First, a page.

As the job market becomes international, nomadic scholars might encounter such racial issues more and more. The fictions perpetuated by racial prejudice obfuscate certain truths – that language skills have nothing to do with skin color or ethnicity; that there are cosmopolitan citizens of the world who speak multiple languages and know multiple cultures; that racial discrimination is a corrosive form of social violence that disseminate falsehoods as outrageous as those of Psalmanazar’s Formosa. Any sense of cohesion we might hope to build as a world relies, in part, on the recognition of these truths.

NB: A revised version of this post will be submitted to the Chronicle of Higher Education

On Beauty

In 1869, American writer Henry James wrote to his father describing his first meeting with the English novelist George Eliot (or Mary Ann Evans), who was 49 years old at the time:

“She is magnificently ugly,” James wrote. “She has a low forehead, a dull grey eye, a vast pendulous nose, a huge mouth, full of uneven teeth…Now in this vast ugliness resides a most powerful beauty which, in a very few minutes, steals forth and charms the mind, so that you end as I ended, in falling in love with her.”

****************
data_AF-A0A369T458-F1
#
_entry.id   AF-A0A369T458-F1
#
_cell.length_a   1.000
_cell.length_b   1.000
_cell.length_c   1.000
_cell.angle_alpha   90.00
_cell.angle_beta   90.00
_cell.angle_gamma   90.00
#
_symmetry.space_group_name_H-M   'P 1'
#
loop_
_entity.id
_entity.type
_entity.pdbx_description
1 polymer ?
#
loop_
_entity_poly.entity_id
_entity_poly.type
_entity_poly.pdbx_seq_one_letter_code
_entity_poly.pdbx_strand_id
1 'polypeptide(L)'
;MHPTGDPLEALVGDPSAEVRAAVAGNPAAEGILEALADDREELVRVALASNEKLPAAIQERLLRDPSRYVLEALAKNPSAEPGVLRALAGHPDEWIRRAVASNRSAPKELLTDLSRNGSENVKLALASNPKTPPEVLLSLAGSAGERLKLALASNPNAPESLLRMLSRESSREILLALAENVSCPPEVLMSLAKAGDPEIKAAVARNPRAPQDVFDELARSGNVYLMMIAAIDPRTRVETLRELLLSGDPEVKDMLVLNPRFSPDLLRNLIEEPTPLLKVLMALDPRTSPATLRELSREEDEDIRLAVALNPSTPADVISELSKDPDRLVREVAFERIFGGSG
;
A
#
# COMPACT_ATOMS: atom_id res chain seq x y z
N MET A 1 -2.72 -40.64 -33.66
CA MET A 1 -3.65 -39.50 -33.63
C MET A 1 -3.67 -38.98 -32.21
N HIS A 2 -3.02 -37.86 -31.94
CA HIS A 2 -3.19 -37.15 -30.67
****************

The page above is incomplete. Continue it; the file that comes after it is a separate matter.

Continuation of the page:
James goes on to counter his judgement of ‘magnificent ugliness’ with praise of Eliot’s ‘delightful expression’, ‘a voice soft and rich as that of a counselling angel’, her inner store of knowledge, and ‘a great feminine dignity and character in these massively plain features’. Eliot herself might be said to be the opposite of her character Hetty Sorrel, from Adam Bede, whose attractive appearance does not correspond to inner beauty. The juxtaposition between internal and external beauty has long preoccupied writers and philosophers, but in an age that is so fixated on surfaces, has the boundary between inner and outer been gradually eroded?